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Constraints on Free Tropospheric Ozone from the Tropospheric Emission Spectrometer (TES) Dylan Jones University of Toronto Thomas Walker (University of.

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Presentation on theme: "Constraints on Free Tropospheric Ozone from the Tropospheric Emission Spectrometer (TES) Dylan Jones University of Toronto Thomas Walker (University of."— Presentation transcript:

1 Constraints on Free Tropospheric Ozone from the Tropospheric Emission Spectrometer (TES) Dylan Jones University of Toronto Thomas Walker (University of Toronto) Mark Parrington (University of Edinburgh) Kevin Bowman, John Worden (JPL) Anne Thompson (Penn State) David Tarasick (Environment Canada) Ivanka Stajner (Noblis) Lee Murray (Harvard U.)

2 One of four instruments on the NASA Aura spacecraft (launched July 2004) Infrared Fourier transform spectrometer (  m) Nadir footprint = 8 km x 5 km Orbit repeats every 16 days Tropospheric Emission Spectrometer (TES) 700 hPa 400 hPa hPa Objective: Assess the impact of assimilating TES data on surface ozone in GEM-MACH hPa hPa hPa Averaging kernels for retrieval at 30°N, 87°W

3 Ozone Analysis for Aug 1-15th, 2006 TES data were assimilated from 1 Jul. to 31 Aug into GEOS-Chem using a sequential Kalman filter Assimilation of TES data significantly increased ozone abundances across the extratropics Without assimilation (7 km) With TES assimilation (7 km)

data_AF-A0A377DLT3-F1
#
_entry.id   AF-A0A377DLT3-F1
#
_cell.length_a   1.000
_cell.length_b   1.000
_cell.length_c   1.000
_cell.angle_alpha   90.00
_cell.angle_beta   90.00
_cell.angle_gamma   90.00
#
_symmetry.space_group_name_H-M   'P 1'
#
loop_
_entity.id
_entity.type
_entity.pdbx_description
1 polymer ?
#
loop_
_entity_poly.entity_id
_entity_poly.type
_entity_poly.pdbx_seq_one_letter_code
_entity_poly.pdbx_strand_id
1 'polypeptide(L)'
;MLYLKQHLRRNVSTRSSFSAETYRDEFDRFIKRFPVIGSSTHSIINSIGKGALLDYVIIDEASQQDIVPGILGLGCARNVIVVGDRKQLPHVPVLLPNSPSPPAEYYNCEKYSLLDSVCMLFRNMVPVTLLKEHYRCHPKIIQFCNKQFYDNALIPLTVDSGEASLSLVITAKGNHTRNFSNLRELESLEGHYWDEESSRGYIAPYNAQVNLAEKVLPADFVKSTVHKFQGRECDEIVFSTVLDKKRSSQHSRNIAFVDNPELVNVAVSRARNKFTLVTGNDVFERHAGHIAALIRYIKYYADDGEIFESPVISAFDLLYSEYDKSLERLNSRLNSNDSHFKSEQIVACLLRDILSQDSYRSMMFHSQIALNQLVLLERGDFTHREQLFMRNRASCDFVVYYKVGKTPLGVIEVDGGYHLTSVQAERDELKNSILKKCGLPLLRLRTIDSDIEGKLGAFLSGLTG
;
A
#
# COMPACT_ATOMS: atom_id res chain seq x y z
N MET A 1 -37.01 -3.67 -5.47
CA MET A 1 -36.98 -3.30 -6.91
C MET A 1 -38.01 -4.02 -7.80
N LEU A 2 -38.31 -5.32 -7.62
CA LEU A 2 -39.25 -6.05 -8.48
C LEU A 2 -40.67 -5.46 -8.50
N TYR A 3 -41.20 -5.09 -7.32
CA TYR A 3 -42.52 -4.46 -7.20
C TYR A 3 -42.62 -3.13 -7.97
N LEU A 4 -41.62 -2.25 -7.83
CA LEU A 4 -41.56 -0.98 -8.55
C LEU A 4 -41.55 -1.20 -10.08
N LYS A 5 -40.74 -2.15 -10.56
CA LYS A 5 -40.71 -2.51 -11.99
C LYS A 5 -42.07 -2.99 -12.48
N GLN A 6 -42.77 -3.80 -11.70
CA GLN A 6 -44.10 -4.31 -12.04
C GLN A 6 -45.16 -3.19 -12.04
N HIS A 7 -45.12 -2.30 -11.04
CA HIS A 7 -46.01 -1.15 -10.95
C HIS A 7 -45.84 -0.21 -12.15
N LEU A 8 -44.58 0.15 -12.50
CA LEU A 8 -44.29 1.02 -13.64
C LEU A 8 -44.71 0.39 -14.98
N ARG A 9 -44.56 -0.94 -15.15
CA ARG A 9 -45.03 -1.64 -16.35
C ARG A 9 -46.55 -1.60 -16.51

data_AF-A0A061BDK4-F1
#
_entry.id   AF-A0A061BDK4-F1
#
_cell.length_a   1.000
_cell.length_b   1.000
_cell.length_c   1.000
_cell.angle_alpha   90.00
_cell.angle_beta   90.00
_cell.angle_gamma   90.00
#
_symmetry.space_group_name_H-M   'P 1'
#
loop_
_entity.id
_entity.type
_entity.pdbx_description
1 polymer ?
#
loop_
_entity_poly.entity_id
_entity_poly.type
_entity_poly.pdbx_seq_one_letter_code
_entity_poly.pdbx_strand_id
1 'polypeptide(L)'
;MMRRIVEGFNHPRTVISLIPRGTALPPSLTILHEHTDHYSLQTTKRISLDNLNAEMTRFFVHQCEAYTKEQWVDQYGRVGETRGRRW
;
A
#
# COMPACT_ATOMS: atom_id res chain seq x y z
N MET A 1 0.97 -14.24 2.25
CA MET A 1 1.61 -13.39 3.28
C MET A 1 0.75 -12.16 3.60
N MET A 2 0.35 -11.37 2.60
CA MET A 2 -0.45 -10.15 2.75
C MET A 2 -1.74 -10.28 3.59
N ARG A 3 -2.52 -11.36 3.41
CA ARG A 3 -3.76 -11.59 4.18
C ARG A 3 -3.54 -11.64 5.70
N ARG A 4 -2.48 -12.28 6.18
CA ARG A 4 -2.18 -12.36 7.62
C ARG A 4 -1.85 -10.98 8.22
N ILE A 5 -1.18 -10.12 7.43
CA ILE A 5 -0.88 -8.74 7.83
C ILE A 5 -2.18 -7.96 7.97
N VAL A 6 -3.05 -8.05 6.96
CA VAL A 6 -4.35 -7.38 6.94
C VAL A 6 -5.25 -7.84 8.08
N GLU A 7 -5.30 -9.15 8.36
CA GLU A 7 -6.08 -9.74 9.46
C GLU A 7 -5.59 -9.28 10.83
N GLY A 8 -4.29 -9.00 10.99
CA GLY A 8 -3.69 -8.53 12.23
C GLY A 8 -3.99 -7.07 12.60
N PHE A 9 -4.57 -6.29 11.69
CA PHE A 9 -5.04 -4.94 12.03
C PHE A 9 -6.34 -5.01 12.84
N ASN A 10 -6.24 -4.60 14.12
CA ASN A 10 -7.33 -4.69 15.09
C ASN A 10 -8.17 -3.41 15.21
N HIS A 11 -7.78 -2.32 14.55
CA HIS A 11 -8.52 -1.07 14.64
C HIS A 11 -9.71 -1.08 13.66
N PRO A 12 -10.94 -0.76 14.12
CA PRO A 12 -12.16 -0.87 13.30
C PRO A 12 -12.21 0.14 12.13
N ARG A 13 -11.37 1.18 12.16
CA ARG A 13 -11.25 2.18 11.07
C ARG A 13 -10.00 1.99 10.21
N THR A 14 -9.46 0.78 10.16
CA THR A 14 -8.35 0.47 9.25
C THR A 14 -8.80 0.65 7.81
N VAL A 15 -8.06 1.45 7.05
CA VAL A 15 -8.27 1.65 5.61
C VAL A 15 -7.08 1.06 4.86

4 Ozone Analysis Over North America (at 5 km on 15 August 2006) ppb Before assimilation After assimilation Assimilation of TES data increased O 3 across North America by up to 40% Large increases in O 3 in the eastern Pacific, in the vicinity of a stratospheric intrusion, and across Canada, linked to stratosphere-troposphere exchange The summertime O 3 maximum over the southeast is more pronounced after assimilation [Parrington et al., JGR, 2008]

5 Modelled O 3 Over North America along 40°N NOx O 3 without TES assim O 3 with TES assim The upper tropospheric ozone maximum is linked to NOx emissions from lightning, which were Tg N for North America (in August), a factor of 4 lower than recommended by Hudman et al. [JGR, 2007] based on comparisons of the model with aircraft data. [Parrington et al., JGR, 2008]

6 Comparison with IONS-06 Ozonesondes Over North America Significant improvement in fee tropospheric O 3 ( hPa) after assimilation. The bias was reduced from a maximum of -35% to less than 5% (between hPa). Sonde profile Before assim After assim Mean (August 2006) O 3 profile over North America (model sampled at the ozonesonde observation time and location) Mean ProfilesDifference relative to sondes [Parrington et al., JGR, 2008]

7 Comparison of TES analysis with assimilation of OMI and MLS Northern midlatitude in better agreement after assimilation of TES data GMAO OMI+MLS ozone assimilation GEOS-Chem with TES assimilation GMAO – GEOS-Chem differences GEOS-Chem ozone (7-8 km) for Aug Over Asia, the biased between GMAO ozone and GEOS-Chem decreased from 6.8 ppb to 1.4 ppb after TES assimilation [Worden et al., JGR, 2009] GMAO – G-C with TES GMAO – G-C without TES